I have been reporting upon the several attempts at patent reforms, beginning with the comprehensive reform introduced into the House in 2005. (See 2005 Patent Opposition Procedure, Patent Reform/Post Grant Opposition.) Now the House approved a version of reform (September 7, 2007). It is reported likely that some form of reform is likely to be approved in the Senate.
First, the House version has revised the long standing law and made patent rights awarded to the first party to file the patent application, in contrast to the first party to invent the invention. It has been claimed that this change favors large corporations over the small inventor. However, the small inventor should be thinking of prompt filing a provisional application. I don’t recommend filing a provisional application without the assistance of a patent attorney. However, many practitioners will draft a provisional application at a rate lower than the customary rate for a utility application.
The rules pertaining to a grant of injunction to the successful patent holder in an infringement action is being altered. (It already had been significantly constrained by the Supreme Court in the e-bay case.) The proposed law would require the court to consider all the facts and interests of the parties in deciding whether to grant an injunction. Note this is in addition to consideration of the standard equitable considerations. Further, an injunction must be stayed during the pendancy of an appeal.
The law approved by the House repeats the post grant opposition proceeding discussed in a 2005 article referenced at the beginning of this article. Briefly, a third party may request review of a granted patent within 9 months of award. There is limited discovery. The dispute is decided by a panel of 3 administrative law judges and they must make a decision within 12 months.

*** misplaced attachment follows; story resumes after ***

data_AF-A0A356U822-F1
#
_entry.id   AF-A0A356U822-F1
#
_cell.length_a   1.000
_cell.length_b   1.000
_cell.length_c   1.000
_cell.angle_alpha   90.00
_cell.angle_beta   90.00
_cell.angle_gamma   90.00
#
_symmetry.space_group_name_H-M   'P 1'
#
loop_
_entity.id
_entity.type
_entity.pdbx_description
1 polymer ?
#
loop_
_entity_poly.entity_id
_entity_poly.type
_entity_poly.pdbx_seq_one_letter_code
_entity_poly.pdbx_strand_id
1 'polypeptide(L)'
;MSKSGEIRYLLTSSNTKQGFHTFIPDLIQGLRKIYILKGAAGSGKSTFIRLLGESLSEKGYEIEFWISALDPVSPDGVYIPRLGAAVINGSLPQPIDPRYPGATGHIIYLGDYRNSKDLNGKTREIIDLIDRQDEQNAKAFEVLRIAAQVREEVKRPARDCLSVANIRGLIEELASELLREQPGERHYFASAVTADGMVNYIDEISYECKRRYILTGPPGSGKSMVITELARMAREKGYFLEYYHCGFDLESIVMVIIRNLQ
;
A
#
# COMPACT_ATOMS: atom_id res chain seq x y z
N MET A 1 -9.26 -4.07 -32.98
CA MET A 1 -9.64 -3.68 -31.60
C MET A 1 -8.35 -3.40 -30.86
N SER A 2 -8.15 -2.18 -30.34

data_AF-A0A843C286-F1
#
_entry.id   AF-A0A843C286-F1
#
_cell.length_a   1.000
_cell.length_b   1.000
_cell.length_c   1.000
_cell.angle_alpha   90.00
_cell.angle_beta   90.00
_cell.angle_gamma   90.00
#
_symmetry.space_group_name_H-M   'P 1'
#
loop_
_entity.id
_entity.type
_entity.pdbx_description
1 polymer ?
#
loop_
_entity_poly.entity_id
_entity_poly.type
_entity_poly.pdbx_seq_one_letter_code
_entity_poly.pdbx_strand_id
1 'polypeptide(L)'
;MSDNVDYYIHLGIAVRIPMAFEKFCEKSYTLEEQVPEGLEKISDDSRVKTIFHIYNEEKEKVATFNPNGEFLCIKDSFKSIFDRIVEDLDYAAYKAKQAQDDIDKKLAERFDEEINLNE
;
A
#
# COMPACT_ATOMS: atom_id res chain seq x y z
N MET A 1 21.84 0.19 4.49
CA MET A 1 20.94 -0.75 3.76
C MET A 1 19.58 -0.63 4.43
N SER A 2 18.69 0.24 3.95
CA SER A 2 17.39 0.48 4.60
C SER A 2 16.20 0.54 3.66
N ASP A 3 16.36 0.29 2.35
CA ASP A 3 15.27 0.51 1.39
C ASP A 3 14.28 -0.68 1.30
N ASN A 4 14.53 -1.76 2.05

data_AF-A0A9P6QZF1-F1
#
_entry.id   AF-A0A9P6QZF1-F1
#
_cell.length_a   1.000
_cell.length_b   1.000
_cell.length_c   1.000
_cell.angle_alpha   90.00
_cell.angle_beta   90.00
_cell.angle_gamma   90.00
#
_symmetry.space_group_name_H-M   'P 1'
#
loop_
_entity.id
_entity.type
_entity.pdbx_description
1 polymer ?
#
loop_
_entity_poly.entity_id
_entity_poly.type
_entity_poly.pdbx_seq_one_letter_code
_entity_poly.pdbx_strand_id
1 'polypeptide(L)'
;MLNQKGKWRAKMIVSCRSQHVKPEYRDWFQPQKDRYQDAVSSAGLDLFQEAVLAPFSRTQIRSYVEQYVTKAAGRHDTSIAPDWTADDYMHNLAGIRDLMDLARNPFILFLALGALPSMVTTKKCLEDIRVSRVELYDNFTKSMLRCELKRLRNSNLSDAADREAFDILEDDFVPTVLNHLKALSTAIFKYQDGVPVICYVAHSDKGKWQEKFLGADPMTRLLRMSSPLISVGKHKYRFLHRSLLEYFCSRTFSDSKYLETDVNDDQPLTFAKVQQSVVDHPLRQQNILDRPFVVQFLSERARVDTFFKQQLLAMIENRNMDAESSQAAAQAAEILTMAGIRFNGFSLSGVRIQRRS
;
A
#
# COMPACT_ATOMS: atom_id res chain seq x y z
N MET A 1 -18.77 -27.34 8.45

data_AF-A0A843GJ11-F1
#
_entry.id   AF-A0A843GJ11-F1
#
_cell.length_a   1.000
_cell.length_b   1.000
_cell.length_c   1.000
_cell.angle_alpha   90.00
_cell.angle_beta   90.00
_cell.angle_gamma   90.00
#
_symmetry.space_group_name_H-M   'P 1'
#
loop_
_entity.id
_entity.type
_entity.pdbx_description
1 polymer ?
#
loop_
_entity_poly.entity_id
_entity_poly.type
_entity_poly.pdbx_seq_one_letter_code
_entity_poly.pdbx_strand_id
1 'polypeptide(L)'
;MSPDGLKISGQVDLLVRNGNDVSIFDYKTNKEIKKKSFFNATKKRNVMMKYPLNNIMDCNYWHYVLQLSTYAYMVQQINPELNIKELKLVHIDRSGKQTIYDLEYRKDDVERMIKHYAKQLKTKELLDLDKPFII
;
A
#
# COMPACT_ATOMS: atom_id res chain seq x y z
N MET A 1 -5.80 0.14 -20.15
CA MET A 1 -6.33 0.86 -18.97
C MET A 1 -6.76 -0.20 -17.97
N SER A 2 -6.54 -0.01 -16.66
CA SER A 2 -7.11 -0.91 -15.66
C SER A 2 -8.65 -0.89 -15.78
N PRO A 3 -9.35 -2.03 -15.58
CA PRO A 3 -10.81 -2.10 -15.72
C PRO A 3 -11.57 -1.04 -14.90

Another significant change is that the challenging party is not barred from later raising arguments against the patent, such as in an infringement action. The challenger is only limited to arguments actually made in the challenge.
Finally, the House approved bill expands the ability of third parties to submit prior art. The existing law only permits submission (w/o comment) of prior art within a 2 month window of the application being published. The House bill would require the third party to explain the relevance of the submitted prior art and pay a fee.
But how do you get around an argument that the modification was within the realm of common knowledge. One thought, it to try and rebut the status of the common knowledge by affidavit. I am not happy with that solution. Affidavit practice has its own faults.
My other thought is to try and isolate in the claim structure and in the detailed specification an attribute of the invention that will be very difficult to argue as common knowledge. This will require a through knowledge of the invention at the start of the drafting phase. The inventors may be a big help in this task (and therefore they may be more willing sign affidavits).
October 8, 2007